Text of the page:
1. Perfectionism: the belief that your relationship or your spouse need to be perfect makes you more prone to these worries.
    2. Intolerance of uncertainty: people who find uncertainty distressing feel more of a need to be “sure” about a relationship, which is tricky because love and affection are hard things to be 100% sure how they work.
    3. Catastrophic thinking: a tendency to imagine worst case scenario consequences to your worries will contribute to ROCD. For example, “If I marry someone I’m not sure about, my life will be horrible” or “If I’m not sure my spouse loves me, he will have an affair.”
    4. Insecure attachment: being raised in a home where parents were absent, abusive or inconsistent in their parenting leads to higher anxiety around relationships as an adult.
    5. “Illusion of availability”: this aspect may be more common during dating but can still be present for married folk. If you believe you have lots of alternative choices for a spouse (e.g., due to spending lots of time looking at other men or women on social media, or due to having a high opinion of how desirable you are), this may trigger obsessive comparisons or anxieties about whether you are with the right person.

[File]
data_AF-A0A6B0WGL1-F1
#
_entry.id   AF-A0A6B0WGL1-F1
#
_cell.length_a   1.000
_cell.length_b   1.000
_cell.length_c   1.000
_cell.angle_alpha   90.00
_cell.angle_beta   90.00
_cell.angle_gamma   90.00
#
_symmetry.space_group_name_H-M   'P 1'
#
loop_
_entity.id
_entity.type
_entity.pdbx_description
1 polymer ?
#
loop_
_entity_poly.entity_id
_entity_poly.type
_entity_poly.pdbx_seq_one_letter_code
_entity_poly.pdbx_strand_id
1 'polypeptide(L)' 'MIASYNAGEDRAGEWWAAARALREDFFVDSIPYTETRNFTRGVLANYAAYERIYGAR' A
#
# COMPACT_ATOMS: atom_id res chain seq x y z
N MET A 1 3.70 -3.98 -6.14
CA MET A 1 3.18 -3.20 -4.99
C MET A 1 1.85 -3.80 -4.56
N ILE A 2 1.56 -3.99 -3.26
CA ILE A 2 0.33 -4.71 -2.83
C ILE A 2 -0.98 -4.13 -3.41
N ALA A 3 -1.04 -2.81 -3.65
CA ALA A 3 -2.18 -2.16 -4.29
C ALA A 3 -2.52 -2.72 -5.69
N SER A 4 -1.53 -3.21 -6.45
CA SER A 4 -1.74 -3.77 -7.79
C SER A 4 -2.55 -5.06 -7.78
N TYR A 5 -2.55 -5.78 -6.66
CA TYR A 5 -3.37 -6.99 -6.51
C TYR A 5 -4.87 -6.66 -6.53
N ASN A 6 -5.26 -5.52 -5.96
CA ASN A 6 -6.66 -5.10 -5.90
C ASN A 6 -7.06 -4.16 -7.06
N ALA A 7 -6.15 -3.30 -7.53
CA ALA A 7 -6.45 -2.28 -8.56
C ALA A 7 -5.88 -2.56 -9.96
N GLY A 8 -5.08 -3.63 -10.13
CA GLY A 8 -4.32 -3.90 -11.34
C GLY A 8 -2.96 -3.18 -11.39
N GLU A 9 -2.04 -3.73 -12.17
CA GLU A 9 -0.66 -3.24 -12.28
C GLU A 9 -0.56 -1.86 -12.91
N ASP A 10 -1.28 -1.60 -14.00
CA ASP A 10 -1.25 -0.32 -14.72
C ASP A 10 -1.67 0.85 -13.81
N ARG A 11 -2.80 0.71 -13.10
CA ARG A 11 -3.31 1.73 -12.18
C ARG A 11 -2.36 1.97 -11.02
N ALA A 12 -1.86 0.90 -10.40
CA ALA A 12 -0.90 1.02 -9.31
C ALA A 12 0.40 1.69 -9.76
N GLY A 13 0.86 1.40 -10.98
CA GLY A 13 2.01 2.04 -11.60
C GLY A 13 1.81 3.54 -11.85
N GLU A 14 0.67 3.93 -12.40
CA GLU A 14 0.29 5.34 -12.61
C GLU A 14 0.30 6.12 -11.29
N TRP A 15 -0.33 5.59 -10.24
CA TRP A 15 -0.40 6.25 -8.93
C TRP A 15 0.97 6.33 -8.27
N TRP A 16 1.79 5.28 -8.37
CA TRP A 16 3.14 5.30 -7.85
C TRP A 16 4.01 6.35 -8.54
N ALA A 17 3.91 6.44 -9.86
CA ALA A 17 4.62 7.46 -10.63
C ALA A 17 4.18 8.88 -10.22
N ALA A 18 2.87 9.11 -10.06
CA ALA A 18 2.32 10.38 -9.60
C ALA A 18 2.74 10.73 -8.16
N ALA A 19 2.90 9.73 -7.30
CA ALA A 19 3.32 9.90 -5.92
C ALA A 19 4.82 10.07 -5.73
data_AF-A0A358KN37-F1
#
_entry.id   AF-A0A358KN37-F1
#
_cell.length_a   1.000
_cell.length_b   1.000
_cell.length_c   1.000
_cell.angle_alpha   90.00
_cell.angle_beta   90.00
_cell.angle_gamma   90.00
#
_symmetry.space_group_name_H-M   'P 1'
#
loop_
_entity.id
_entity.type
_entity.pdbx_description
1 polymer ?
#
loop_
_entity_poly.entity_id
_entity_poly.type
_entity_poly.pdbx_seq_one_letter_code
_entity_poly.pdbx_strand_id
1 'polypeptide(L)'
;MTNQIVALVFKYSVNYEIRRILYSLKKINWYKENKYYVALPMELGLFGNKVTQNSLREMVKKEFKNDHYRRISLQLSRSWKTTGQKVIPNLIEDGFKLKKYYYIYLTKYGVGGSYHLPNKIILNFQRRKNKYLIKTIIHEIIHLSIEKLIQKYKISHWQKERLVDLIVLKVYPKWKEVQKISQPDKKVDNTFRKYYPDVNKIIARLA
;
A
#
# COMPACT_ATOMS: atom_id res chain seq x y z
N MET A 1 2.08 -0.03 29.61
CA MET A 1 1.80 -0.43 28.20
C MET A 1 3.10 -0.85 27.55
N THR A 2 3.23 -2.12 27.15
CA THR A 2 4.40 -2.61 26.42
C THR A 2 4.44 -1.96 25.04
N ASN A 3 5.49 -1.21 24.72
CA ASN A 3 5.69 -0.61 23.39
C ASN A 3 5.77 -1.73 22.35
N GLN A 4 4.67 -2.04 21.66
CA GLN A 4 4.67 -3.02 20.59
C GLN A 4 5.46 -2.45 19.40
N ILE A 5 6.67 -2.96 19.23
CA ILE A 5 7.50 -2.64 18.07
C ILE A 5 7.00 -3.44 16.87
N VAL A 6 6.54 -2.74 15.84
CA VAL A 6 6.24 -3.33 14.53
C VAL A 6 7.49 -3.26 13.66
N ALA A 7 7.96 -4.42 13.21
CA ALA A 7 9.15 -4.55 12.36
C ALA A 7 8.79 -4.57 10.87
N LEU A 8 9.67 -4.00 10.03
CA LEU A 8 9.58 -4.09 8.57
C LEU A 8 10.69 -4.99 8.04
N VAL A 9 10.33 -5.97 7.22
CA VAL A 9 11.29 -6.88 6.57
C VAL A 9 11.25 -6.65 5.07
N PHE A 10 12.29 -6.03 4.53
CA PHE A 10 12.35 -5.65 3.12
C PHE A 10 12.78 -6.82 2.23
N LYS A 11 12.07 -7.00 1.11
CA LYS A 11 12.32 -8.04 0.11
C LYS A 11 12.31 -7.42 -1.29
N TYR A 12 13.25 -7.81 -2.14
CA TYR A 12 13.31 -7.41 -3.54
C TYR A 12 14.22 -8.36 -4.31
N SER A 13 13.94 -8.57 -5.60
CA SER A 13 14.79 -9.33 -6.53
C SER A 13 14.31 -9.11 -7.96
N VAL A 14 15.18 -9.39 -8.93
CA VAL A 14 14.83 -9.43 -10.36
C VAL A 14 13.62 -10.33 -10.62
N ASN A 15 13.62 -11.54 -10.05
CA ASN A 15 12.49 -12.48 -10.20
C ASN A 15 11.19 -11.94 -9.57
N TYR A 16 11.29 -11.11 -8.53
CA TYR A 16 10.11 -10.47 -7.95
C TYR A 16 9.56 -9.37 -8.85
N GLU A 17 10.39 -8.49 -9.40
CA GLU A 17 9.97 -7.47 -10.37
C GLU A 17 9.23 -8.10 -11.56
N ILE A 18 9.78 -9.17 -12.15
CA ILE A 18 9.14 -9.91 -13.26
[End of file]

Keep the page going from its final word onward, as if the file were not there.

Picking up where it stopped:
Having any of these factors makes you more likely to get stuck on your worries and begin to obsess over them. Often there are also specific triggers which cause the person to experience the obsessive thoughts. Triggers can include seeing other happy couples (leading to worries about whether you are with the right person), or negative feelings such as anger or even boredom[iv].

Managing ROCD

For today’s episode, our bonus guide goes into precise detail of what we call the ROCD cycle: the trigger > thought > behavior > anxiety response. And we step you through how to really identify that cycle and then figure out how to break it so that you’re in control of things rather than your brain getting stuck on the on a certain track. You can get this by becoming a patron of The Marriage Podcast for Smart People.

How ROCD Impacts Marriage